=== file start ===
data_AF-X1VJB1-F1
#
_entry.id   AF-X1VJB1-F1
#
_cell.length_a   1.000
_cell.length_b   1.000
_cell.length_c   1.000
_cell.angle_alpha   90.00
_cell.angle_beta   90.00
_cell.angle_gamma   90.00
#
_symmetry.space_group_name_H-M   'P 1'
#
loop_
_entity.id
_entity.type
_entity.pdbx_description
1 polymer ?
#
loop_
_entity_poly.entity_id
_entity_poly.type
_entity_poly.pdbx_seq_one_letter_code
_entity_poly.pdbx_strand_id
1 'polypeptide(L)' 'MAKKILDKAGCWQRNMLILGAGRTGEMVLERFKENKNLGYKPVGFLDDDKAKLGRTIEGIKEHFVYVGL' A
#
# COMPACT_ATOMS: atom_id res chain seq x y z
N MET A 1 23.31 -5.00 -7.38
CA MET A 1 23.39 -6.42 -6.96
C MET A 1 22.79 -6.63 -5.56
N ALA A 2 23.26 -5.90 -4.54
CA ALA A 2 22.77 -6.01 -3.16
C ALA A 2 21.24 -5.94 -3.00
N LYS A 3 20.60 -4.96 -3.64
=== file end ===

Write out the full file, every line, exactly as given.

data_AF-X1VJB1-F1
#
_entry.id   AF-X1VJB1-F1
#
_cell.length_a   1.000
_cell.length_b   1.000
_cell.length_c   1.000
_cell.angle_alpha   90.00
_cell.angle_beta   90.00
_cell.angle_gamma   90.00
#
_symmetry.space_group_name_H-M   'P 1'
#
loop_
_entity.id
_entity.type
_entity.pdbx_description
1 polymer ?
#
loop_
_entity_poly.entity_id
_entity_poly.type
_entity_poly.pdbx_seq_one_letter_code
_entity_poly.pdbx_strand_id
1 'polypeptide(L)' 'MAKKILDKAGCWQRNMLILGAGRTGEMVLERFKENKNLGYKPVGFLDDDKAKLGRTIEGIKEHFVYVGL' A
#
# COMPACT_ATOMS: atom_id res chain seq x y z
N MET A 1 23.31 -5.00 -7.38
CA MET A 1 23.39 -6.42 -6.96
C MET A 1 22.79 -6.63 -5.56
N ALA A 2 23.26 -5.90 -4.54
CA ALA A 2 22.77 -6.01 -3.16
C ALA A 2 21.24 -5.94 -3.00
N LYS A 3 20.60 -4.96 -3.64